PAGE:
It should be noted that while we test all the saws in our review in precisely the same way, there are differences in amp-hours ratings that skew the results. That said, greater amp-hours does not always correlate with longer battery life. Such is the case with the Kobalt KCS, which was tested with a 4 amp-hour battery that significantly outperformed the 5 amp-hour models. The Kobalt nearly wore out our tester because it took 360 linear feet of plywood to drain its battery!
Other notable models are the Skil CR540601 and the Milwaukee M18 (our favorite 7 ¼" saw). Both models ran on 5 amp-hour batteries, but the former model ripped 324 linear feet of ¾ inch plywood and the latter 298. Not too bad. To put this into a broader context, the BLACK+DECKER BDCCS20B ran on a 1.5 amp-hour battery and ripped a mere 52 linear feet. All of the models tested will continue to cut right up to the end of there battery life — a nice feature to be sure.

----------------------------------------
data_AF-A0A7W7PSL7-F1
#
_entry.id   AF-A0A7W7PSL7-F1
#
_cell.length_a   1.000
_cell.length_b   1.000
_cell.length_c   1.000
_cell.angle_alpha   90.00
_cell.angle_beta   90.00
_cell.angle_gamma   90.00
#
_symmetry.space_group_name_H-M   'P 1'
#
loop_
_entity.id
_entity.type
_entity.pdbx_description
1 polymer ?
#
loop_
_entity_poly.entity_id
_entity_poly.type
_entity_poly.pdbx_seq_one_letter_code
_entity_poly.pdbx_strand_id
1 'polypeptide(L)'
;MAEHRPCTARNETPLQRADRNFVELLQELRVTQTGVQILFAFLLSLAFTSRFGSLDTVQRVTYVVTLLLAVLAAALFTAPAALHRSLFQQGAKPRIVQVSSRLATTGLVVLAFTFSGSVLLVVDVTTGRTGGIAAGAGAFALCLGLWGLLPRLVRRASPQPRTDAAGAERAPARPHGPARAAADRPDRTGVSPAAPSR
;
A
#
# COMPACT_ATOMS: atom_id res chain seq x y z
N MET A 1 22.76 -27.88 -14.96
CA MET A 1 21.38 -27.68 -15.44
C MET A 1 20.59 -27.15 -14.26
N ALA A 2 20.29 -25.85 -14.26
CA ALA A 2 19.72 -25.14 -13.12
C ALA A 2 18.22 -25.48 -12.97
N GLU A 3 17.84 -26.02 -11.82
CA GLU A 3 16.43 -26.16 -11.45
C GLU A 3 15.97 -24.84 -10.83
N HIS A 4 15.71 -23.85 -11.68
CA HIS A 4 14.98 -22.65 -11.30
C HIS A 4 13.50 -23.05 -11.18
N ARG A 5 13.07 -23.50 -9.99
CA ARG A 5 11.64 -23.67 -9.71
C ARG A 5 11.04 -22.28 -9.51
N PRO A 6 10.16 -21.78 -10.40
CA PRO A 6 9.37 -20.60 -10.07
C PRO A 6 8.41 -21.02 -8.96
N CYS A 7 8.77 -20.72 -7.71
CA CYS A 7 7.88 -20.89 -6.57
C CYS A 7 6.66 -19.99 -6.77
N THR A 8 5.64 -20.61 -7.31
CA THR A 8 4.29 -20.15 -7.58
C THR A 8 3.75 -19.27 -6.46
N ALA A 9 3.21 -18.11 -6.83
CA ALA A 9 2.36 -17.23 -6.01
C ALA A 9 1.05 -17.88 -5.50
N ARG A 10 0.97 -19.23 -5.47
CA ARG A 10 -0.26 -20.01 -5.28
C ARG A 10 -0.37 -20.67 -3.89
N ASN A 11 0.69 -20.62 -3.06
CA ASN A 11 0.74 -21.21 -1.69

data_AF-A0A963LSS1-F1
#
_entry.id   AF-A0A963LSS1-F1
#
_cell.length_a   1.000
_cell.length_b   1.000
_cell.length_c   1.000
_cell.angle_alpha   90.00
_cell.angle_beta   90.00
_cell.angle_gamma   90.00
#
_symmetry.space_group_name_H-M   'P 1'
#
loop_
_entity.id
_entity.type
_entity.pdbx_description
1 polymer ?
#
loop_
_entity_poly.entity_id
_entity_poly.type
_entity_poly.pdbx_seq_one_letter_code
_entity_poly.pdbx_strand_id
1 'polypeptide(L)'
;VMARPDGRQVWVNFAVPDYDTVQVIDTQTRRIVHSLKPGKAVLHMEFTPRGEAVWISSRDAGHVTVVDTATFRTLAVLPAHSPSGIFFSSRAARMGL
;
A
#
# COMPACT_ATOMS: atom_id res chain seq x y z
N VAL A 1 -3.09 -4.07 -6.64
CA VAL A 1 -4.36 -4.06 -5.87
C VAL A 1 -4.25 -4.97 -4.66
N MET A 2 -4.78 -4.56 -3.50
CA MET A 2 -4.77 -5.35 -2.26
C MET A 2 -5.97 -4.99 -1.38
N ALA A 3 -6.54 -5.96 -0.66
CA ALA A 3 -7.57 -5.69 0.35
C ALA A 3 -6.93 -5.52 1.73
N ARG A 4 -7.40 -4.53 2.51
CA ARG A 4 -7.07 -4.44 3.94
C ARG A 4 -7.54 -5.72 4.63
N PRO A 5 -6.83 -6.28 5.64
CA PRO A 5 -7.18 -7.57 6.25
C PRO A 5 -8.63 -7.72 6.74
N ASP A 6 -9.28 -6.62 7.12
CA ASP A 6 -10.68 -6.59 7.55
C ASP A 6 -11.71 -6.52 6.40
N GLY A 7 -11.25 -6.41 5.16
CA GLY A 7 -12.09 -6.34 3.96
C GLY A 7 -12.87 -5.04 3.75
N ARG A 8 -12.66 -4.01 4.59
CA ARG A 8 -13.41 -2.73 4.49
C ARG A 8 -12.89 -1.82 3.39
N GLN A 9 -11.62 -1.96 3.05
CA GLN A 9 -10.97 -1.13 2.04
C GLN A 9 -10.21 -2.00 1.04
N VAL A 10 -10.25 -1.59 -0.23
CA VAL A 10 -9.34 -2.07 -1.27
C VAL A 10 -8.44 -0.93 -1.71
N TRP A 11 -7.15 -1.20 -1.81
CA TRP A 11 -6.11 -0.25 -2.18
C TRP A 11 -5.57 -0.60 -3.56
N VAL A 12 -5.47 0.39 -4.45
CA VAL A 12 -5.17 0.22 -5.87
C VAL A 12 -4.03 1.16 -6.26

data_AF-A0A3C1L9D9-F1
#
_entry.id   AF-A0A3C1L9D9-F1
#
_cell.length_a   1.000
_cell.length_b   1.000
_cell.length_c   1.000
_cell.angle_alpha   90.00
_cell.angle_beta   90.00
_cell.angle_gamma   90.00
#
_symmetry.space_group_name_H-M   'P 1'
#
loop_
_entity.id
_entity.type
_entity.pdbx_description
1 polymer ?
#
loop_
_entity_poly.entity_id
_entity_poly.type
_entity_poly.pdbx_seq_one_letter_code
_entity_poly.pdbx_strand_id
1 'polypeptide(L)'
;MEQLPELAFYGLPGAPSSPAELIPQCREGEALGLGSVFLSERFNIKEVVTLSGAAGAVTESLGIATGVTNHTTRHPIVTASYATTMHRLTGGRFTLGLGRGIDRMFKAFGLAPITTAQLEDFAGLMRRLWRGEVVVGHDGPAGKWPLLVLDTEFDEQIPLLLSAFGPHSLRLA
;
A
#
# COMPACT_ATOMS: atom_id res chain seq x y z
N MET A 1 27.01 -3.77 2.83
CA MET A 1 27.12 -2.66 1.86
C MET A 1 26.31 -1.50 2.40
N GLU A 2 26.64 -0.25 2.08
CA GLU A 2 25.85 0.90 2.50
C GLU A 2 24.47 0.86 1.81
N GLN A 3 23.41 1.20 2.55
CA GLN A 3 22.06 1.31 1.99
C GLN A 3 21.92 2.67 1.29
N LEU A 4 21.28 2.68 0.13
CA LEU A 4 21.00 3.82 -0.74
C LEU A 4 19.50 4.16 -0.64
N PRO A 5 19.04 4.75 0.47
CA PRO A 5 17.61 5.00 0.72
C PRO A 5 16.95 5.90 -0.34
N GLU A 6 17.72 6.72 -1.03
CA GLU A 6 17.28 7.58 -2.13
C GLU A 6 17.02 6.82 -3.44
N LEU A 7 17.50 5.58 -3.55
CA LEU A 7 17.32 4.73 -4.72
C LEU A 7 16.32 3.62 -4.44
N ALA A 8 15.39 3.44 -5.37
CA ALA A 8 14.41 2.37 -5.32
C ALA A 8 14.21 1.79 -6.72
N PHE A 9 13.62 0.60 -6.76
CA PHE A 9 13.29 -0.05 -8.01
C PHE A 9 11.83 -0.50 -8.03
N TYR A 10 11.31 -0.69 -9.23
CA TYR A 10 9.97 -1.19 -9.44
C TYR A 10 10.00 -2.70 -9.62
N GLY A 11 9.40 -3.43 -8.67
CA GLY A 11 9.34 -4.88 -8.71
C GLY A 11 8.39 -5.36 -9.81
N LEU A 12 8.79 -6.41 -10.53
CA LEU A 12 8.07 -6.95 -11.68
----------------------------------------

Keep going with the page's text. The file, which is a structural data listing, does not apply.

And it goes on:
There is a lot to consider when shopping for a cordless circular saw. This review highlights outstanding saws that merit acknowledgment for performance and value. These honors were given based on each model's rankings in three test metrics: ease of use, cutting, and battery. Making up each of these metrics are tests that analyze the performance of the saw. These tests allow for direct comparisons of the most popular models on the market. We have made all the information from our testing available to you so that you can evaluate each saw for yourself and make an informed selection.
— Nick Miley and Austin Palmer